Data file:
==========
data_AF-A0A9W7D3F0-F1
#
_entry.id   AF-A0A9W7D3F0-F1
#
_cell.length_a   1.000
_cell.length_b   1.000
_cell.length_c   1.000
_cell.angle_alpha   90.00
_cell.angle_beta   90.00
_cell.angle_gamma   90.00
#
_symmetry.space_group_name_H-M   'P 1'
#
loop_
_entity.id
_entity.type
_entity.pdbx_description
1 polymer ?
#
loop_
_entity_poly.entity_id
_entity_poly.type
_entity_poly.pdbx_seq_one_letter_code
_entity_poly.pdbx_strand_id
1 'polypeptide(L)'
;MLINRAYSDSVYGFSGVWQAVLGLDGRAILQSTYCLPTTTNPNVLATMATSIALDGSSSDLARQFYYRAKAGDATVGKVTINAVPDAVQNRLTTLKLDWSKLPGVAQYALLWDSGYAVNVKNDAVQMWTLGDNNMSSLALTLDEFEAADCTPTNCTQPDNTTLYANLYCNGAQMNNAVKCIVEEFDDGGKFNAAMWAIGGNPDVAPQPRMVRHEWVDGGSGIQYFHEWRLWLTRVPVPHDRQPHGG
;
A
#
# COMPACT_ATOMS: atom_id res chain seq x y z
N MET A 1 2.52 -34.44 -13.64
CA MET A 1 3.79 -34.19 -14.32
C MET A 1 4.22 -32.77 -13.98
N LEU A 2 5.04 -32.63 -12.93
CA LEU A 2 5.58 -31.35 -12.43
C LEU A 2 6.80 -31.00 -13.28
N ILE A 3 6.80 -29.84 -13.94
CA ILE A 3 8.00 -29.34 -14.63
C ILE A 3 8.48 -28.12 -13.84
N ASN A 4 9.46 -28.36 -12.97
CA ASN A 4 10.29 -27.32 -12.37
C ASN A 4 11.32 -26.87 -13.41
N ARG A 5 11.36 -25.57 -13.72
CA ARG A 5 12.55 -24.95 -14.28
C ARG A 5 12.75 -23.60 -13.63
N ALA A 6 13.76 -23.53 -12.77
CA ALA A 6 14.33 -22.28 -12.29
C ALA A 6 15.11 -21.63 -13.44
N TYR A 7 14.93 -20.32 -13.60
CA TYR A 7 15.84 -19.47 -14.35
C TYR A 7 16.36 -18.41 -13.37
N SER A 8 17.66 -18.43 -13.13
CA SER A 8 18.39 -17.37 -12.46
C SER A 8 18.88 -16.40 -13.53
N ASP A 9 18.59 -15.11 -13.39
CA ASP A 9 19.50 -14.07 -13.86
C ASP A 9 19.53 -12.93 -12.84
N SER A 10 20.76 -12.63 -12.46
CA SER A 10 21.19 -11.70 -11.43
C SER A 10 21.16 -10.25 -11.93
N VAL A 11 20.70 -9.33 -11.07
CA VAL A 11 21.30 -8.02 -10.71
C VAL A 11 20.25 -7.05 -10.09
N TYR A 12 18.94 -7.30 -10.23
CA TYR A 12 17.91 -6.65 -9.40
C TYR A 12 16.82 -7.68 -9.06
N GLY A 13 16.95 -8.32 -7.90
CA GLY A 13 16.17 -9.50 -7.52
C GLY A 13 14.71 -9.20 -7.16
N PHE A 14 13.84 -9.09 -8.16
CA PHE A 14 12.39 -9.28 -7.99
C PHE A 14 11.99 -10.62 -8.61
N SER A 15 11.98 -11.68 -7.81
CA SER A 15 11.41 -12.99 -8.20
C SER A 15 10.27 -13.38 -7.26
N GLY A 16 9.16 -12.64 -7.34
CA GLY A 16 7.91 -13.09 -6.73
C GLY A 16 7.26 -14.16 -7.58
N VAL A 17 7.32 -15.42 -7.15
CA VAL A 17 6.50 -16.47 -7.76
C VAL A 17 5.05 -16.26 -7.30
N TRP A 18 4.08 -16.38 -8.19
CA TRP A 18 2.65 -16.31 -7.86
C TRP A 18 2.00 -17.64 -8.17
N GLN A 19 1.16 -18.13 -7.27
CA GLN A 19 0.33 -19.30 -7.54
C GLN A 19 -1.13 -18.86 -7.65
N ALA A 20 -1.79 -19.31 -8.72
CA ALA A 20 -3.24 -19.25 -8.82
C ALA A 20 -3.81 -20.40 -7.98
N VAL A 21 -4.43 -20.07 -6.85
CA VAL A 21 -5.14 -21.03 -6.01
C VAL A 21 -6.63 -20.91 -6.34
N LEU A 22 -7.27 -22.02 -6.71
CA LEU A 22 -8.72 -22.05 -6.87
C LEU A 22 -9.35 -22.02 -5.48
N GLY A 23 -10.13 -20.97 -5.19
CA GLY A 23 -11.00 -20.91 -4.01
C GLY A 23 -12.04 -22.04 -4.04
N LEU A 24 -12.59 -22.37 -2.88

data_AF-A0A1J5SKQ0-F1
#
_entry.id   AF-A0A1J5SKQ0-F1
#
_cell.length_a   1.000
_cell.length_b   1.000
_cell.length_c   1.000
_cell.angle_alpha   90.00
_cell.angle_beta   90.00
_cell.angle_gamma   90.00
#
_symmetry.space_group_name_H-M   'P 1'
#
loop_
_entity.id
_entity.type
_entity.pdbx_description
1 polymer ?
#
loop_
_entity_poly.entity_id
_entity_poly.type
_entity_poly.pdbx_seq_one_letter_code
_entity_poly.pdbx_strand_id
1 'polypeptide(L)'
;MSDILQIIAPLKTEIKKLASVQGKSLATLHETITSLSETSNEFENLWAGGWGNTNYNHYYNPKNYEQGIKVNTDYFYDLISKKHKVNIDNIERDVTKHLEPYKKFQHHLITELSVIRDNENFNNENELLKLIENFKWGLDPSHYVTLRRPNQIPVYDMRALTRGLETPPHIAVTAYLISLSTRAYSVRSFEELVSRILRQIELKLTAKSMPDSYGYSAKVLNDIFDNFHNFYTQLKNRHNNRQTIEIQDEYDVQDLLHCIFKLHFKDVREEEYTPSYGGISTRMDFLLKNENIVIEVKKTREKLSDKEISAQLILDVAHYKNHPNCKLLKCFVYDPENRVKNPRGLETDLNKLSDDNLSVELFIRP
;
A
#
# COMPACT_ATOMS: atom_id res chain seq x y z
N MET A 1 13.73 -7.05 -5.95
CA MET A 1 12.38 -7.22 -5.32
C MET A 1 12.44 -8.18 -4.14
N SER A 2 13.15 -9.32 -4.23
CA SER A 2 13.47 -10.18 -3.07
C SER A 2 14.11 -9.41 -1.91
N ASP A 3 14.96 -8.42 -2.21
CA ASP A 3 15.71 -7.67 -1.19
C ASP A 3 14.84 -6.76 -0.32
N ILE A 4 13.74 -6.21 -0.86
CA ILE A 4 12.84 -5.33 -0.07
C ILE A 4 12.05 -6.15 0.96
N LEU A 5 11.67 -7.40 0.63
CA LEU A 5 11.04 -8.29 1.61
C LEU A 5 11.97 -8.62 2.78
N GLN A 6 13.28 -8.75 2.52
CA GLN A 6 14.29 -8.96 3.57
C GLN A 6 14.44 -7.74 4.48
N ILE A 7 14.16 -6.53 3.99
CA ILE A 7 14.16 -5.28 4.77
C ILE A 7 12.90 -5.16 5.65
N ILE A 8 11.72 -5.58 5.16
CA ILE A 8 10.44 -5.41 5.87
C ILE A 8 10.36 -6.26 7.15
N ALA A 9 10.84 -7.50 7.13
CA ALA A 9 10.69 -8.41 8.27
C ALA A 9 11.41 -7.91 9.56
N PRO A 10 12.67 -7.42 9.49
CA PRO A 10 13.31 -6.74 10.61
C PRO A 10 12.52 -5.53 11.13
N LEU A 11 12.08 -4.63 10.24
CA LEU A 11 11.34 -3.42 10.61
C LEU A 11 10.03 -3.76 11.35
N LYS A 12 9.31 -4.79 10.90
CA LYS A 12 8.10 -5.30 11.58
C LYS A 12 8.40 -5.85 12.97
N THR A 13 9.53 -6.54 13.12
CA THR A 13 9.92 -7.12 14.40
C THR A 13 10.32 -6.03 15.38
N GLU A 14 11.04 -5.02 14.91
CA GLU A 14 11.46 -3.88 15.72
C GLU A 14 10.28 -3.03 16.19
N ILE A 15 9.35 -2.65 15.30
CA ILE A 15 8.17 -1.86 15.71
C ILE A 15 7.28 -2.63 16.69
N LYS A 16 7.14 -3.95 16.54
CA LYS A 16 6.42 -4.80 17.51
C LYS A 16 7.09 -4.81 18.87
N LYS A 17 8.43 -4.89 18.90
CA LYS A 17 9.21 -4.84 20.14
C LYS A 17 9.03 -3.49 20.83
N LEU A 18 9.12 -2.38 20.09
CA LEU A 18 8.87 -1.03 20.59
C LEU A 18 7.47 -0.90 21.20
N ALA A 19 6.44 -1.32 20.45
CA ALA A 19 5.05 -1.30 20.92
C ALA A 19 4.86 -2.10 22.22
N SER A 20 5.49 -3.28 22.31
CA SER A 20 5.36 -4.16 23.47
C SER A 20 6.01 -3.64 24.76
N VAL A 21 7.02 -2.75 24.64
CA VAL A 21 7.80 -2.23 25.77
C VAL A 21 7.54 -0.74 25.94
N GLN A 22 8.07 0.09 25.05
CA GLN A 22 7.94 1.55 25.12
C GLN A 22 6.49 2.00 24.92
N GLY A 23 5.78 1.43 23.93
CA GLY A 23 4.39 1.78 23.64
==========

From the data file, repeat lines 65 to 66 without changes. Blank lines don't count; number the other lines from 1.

CA TYR A 12 17.91 -6.65 -9.40
C TYR A 12 16.82 -7.68 -9.06